Japan  

Investment insight: Japan

  • Gain an understanding of the current economic factors facing Japan
  • Grasp the relationship between market performance and currency movements
  • Understand the challenges ahead
CPD
Approx.30min

Investors should always keep the prospect of major currency movements – good or bad – in mind when buying Japanese equity funds.

Performance

Table 1 shows the top 20 performing Japanese funds over five years. Results have been impressive for many funds, and not just because of the currency effect. 

Legg Mason’s IF Japan Equity fund has been the outstanding performer over every analysed timeframe, and by some distance, although it should be emphasised the portfolio is notoriously volatile. 

In the past 12 months alone the fund has risen by more than 76 per cent, second only to the 80 per cent growth recorded in 2012-13. This has resulted in average annual growth exceeding 27 per cent over three years and 30 per cent over five years. Even over 10 years the fund has averaged 11.3 per cent per annum. 

This is particularly encouraging when factoring in the financial crisis in 2008, but the statistics do also mask some steep drawdowns for the portfolio over that time.

Looking deeper into the fund’s underlying assets builds a picture of the areas the manager has successfully targeted to achieve these results. Healthcare (27.7 per cent) and technology (23.8 per cent) represent the highest sector weightings, with the remainder largely split between industrials (14.6 per cent), consumer defensives (11.2 per cent) and financial services (9.8 per cent).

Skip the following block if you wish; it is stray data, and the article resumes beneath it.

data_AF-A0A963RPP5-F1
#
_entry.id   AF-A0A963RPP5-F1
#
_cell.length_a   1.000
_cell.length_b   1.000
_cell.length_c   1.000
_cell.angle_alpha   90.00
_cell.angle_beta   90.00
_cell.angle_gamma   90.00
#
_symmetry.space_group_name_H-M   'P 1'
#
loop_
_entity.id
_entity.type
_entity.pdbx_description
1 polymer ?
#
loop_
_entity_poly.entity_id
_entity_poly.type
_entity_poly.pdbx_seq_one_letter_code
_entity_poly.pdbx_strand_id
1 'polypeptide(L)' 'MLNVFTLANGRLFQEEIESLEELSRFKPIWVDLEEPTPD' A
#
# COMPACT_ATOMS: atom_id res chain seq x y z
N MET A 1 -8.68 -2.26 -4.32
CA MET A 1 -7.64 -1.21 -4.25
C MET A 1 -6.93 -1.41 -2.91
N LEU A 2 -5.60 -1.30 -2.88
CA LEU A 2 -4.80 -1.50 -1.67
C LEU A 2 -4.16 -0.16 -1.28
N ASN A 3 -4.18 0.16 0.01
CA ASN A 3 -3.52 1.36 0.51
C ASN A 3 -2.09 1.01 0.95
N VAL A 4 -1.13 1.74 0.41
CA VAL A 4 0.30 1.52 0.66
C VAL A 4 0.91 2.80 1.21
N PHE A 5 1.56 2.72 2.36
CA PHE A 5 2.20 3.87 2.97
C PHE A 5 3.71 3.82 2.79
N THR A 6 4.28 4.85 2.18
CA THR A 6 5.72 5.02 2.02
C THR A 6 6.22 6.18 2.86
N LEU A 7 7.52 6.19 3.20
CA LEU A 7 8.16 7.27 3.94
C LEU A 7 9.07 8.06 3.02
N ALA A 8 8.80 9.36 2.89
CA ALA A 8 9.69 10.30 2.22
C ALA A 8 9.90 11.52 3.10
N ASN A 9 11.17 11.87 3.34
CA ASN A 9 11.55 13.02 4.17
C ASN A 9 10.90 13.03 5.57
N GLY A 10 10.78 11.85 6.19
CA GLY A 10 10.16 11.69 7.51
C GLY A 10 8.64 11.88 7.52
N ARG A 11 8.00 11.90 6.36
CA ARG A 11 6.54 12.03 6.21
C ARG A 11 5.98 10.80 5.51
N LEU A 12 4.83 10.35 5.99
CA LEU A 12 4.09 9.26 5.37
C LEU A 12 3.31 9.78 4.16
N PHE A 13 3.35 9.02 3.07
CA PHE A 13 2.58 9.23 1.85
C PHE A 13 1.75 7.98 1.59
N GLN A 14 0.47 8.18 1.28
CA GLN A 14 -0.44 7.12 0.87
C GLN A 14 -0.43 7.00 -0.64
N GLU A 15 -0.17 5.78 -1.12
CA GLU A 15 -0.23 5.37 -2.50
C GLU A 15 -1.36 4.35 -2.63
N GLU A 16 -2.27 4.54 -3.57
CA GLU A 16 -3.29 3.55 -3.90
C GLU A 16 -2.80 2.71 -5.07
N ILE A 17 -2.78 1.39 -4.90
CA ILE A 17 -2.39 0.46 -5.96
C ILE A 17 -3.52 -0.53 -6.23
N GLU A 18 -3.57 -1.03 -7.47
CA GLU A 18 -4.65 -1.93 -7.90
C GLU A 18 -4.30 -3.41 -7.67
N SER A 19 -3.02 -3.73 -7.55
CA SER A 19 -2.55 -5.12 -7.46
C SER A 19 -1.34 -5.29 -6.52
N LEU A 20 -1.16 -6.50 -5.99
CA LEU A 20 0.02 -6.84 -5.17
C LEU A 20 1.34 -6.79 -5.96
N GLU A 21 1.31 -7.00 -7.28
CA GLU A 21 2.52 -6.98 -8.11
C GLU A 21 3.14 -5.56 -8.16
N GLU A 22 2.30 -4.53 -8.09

In terms of individual stocks, manager Hideo Shiozumi tends to prefer some quite high percentage holdings in individual companies, most of which are smaller than the typical Japanese firm. More than 8 per cent of the fund is invested in merger and acquisition specialist, Nihon, for instance. 

Drug manufacturers PeptiDream and Sosei are also heavily favoured, and these are likely to be a fundamental reason for the manager’s success, seeing as many pharmaceutical and biotechnology businesses have in recent years been backed by investors looking for the next big healthcare breakthrough.

This performance has clearly been achieved with a fairly substantial level of risk, so it will be interesting to see if the manager can continue to beat the market by such a margin over the coming months and years.

The Lindsell Train Japanese Equity fund has perhaps delivered the most consistent approach, producing positive returns in each of the past five years. However, performance prior to this was less successful, as the fund has only averaged 3.1 per cent per annum over the past 10 years compared to the sector average of 5.2 per cent.

When analysing the average performance of the Japanese funds, it is clear that the sector as a whole has had a good run over the past half-decade. This has largely been a result of high growth in 2012-12 and 2015-16, where currency strength helped boost the average return for UK investors to 34.4 and 33 per cent, respectively.